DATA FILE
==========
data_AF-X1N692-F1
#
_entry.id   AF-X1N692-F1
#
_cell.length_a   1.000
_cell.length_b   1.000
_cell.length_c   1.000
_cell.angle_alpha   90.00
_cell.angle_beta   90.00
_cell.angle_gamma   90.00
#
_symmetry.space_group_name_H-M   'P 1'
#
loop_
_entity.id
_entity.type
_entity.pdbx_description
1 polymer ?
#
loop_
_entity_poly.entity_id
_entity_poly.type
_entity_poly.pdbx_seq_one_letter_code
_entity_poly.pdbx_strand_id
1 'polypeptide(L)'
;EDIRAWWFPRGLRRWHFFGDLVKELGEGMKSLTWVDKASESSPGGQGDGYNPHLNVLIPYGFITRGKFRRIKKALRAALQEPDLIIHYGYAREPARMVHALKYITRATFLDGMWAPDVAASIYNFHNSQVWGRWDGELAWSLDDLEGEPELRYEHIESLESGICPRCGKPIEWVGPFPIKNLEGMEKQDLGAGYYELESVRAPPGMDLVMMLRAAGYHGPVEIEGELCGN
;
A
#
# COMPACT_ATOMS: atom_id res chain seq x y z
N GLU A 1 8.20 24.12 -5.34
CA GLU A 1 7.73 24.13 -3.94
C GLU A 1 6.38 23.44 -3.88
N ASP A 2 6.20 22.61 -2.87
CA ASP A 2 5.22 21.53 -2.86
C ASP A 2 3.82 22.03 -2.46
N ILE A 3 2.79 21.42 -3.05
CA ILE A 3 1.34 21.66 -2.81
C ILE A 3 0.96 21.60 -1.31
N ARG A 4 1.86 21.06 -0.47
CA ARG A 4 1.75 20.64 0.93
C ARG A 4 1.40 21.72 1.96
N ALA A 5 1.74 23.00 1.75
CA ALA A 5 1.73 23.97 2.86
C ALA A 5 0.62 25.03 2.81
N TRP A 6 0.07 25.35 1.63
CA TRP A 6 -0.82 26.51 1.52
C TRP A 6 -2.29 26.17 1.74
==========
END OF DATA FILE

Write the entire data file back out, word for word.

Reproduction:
data_AF-X1N692-F1
#
_entry.id   AF-X1N692-F1
#
_cell.length_a   1.000
_cell.length_b   1.000
_cell.length_c   1.000
_cell.angle_alpha   90.00
_cell.angle_beta   90.00
_cell.angle_gamma   90.00
#
_symmetry.space_group_name_H-M   'P 1'
#
loop_
_entity.id
_entity.type
_entity.pdbx_description
1 polymer ?
#
loop_
_entity_poly.entity_id
_entity_poly.type
_entity_poly.pdbx_seq_one_letter_code
_entity_poly.pdbx_strand_id
1 'polypeptide(L)'
;EDIRAWWFPRGLRRWHFFGDLVKELGEGMKSLTWVDKASESSPGGQGDGYNPHLNVLIPYGFITRGKFRRIKKALRAALQEPDLIIHYGYAREPARMVHALKYITRATFLDGMWAPDVAASIYNFHNSQVWGRWDGELAWSLDDLEGEPELRYEHIESLESGICPRCGKPIEWVGPFPIKNLEGMEKQDLGAGYYELESVRAPPGMDLVMMLRAAGYHGPVEIEGELCGN
;
A
#
# COMPACT_ATOMS: atom_id res chain seq x y z
N GLU A 1 8.20 24.12 -5.34
CA GLU A 1 7.73 24.13 -3.94
C GLU A 1 6.38 23.44 -3.88
N ASP A 2 6.20 22.61 -2.87
CA ASP A 2 5.22 21.53 -2.86
C ASP A 2 3.82 22.03 -2.46
N ILE A 3 2.79 21.42 -3.05
CA ILE A 3 1.34 21.66 -2.81
C ILE A 3 0.96 21.60 -1.31
N ARG A 4 1.86 21.06 -0.47
CA ARG A 4 1.75 20.64 0.93
C ARG A 4 1.40 21.72 1.96
N ALA A 5 1.74 23.00 1.75
CA ALA A 5 1.73 23.97 2.86
C ALA A 5 0.62 25.03 2.81
N TRP A 6 0.07 25.35 1.63
CA TRP A 6 -0.82 26.51 1.52
C TRP A 6 -2.29 26.17 1.74